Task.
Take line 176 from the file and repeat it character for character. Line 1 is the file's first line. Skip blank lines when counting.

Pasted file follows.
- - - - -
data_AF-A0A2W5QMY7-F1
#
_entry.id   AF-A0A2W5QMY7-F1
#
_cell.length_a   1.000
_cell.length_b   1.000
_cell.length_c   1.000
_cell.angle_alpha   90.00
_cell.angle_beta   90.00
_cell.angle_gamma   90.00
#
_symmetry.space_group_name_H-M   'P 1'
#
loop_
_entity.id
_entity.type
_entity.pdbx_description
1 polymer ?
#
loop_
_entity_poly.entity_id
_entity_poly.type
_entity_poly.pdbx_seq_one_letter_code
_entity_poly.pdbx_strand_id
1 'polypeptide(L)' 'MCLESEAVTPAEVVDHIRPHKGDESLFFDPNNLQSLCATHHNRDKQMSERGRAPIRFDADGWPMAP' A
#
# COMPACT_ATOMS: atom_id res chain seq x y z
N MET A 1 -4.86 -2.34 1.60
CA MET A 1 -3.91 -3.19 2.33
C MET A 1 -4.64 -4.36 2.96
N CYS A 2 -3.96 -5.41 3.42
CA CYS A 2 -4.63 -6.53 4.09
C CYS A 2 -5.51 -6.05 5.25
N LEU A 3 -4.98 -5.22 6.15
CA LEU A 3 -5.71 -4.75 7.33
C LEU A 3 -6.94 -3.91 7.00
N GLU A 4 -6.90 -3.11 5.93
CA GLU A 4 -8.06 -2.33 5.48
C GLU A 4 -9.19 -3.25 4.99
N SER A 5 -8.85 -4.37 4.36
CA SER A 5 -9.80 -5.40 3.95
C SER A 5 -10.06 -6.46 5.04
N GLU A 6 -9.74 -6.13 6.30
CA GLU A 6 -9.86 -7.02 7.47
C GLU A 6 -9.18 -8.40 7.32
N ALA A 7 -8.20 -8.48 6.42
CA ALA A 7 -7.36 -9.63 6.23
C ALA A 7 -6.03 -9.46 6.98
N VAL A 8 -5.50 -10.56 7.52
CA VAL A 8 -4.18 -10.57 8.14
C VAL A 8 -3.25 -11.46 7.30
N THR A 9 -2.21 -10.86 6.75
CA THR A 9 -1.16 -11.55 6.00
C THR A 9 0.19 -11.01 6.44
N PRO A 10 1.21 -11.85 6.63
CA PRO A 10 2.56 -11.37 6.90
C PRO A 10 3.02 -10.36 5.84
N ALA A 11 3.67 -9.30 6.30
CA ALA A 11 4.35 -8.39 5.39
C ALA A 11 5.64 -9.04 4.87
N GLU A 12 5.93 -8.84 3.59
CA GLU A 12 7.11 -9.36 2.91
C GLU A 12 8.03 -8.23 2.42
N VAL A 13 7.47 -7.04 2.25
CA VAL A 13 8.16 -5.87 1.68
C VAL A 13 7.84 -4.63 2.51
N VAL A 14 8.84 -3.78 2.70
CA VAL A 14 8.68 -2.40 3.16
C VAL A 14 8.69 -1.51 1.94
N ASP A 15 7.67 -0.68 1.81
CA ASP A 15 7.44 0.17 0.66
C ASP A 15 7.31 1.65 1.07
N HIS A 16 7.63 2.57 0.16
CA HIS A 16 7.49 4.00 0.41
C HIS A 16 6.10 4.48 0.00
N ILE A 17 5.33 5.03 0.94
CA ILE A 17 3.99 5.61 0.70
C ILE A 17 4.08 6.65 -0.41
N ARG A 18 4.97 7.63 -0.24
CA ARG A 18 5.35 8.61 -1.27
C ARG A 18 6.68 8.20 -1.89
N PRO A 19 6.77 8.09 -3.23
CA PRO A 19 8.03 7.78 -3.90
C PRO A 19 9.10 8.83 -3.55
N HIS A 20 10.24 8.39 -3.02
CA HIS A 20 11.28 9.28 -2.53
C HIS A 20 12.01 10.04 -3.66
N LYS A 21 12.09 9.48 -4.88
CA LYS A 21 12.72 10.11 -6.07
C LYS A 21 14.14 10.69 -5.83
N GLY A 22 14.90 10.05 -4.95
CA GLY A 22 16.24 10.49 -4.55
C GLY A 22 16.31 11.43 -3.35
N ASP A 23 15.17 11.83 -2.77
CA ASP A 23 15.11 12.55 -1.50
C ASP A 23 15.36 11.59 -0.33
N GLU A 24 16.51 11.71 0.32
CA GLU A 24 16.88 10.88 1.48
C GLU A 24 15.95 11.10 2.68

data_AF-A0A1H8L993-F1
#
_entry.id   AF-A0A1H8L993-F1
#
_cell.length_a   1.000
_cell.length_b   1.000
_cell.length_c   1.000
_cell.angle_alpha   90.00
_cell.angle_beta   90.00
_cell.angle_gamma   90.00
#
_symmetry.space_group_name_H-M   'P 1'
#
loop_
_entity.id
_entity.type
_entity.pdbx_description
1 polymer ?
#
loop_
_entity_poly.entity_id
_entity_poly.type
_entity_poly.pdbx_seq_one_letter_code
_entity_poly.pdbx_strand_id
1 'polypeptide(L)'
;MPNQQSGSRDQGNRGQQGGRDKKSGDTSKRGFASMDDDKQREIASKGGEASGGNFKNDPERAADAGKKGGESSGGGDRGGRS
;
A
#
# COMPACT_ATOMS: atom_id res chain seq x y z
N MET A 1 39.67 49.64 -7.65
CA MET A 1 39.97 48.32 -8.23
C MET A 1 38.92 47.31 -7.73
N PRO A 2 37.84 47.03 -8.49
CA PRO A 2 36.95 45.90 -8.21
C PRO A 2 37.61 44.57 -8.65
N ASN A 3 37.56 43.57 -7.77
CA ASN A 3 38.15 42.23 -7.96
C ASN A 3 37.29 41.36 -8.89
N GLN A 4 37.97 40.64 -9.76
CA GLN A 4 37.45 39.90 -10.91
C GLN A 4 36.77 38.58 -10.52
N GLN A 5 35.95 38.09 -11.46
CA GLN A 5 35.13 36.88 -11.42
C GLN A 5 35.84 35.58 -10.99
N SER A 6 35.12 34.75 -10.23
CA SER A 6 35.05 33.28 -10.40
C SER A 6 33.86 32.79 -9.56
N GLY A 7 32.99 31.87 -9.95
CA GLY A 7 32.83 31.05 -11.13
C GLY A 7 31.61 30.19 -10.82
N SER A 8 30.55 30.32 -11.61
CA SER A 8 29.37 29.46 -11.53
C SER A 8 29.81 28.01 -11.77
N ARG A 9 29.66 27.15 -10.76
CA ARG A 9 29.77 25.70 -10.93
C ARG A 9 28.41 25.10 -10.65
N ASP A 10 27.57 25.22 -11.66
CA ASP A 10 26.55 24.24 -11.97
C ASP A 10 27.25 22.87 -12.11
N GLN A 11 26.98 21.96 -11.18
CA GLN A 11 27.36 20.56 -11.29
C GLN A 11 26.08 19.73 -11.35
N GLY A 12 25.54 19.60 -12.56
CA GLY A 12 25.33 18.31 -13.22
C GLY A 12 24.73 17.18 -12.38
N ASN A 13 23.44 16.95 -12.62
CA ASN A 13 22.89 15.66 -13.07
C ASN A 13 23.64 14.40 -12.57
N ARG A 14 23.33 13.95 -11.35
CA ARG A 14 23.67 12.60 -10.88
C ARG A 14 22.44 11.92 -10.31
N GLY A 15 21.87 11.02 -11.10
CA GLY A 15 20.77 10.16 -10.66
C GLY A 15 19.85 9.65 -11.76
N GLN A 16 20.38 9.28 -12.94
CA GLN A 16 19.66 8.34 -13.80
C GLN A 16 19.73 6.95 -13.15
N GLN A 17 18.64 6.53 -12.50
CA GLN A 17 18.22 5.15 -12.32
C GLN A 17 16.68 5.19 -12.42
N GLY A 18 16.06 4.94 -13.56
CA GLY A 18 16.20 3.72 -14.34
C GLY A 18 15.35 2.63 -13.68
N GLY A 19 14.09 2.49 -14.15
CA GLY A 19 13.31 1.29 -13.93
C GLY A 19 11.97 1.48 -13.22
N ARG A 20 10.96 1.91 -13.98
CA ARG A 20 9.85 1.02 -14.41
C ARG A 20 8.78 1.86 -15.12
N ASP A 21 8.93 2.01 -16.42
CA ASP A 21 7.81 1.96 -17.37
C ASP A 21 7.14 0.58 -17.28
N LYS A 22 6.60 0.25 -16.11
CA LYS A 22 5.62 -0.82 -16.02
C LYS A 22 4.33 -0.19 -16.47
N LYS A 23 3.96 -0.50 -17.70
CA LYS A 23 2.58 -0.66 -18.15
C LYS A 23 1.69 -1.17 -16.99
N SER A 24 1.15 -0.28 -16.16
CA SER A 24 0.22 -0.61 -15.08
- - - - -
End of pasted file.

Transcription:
CA GLN A 16 19.66 8.34 -13.80